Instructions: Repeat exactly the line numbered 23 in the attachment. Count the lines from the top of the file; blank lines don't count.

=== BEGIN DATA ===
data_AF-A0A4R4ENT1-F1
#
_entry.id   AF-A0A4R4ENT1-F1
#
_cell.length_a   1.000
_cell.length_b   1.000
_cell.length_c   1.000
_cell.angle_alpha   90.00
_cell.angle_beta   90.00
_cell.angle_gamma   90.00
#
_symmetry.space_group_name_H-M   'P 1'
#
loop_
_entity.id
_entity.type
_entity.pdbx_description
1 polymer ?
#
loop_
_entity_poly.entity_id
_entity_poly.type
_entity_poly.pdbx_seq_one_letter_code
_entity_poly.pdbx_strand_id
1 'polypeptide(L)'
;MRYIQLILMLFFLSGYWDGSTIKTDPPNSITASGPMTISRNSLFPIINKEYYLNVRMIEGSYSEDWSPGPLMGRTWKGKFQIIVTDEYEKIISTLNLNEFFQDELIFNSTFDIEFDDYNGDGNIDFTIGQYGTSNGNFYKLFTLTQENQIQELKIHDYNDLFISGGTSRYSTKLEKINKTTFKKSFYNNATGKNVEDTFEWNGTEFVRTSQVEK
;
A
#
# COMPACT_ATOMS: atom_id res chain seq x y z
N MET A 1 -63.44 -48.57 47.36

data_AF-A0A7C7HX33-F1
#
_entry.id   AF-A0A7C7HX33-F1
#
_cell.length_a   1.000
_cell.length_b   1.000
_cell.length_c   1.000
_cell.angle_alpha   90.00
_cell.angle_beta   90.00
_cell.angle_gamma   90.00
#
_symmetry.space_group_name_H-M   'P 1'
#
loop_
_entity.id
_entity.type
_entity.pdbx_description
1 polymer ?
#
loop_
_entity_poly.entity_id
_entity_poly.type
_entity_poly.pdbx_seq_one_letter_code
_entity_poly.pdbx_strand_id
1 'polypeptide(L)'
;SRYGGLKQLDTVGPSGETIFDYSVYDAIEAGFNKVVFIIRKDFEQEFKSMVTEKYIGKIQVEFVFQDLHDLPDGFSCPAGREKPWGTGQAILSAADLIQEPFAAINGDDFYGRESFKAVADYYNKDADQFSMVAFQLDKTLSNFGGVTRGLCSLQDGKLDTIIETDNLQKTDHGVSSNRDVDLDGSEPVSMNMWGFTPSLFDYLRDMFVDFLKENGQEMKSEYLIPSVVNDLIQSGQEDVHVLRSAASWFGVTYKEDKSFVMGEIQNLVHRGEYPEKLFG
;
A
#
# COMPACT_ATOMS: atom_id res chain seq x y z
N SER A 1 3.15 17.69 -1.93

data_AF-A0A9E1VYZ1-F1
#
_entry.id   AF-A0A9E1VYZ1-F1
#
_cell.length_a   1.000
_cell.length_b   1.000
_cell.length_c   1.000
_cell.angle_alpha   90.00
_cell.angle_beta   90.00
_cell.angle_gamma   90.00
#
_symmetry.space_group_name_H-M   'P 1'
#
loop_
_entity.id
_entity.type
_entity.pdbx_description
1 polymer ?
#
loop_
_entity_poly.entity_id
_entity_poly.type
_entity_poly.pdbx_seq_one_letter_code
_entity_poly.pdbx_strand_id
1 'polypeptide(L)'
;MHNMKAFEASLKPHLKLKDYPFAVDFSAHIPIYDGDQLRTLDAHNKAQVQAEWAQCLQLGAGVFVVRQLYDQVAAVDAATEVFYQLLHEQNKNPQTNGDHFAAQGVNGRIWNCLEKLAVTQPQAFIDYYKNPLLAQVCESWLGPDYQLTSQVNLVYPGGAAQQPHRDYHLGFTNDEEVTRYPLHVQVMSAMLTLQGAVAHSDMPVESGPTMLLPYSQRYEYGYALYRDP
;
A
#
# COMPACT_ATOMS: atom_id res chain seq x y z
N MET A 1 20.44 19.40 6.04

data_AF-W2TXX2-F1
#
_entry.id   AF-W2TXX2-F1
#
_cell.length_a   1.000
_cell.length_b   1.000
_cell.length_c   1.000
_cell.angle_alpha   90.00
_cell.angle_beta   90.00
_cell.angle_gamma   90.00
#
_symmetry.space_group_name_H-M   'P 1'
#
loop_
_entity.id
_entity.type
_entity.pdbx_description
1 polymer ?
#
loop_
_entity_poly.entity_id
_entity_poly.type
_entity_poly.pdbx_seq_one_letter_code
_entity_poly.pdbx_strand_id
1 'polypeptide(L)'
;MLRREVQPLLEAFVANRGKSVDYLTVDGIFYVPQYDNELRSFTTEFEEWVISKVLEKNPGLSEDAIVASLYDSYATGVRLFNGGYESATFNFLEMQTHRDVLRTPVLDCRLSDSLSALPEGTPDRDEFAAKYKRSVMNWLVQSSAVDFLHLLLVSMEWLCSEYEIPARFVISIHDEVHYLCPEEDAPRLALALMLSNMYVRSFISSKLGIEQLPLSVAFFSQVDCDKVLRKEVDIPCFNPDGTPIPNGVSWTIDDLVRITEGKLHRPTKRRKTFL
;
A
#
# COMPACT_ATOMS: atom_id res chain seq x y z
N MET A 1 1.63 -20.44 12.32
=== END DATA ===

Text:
_entity_poly.pdbx_seq_one_letter_code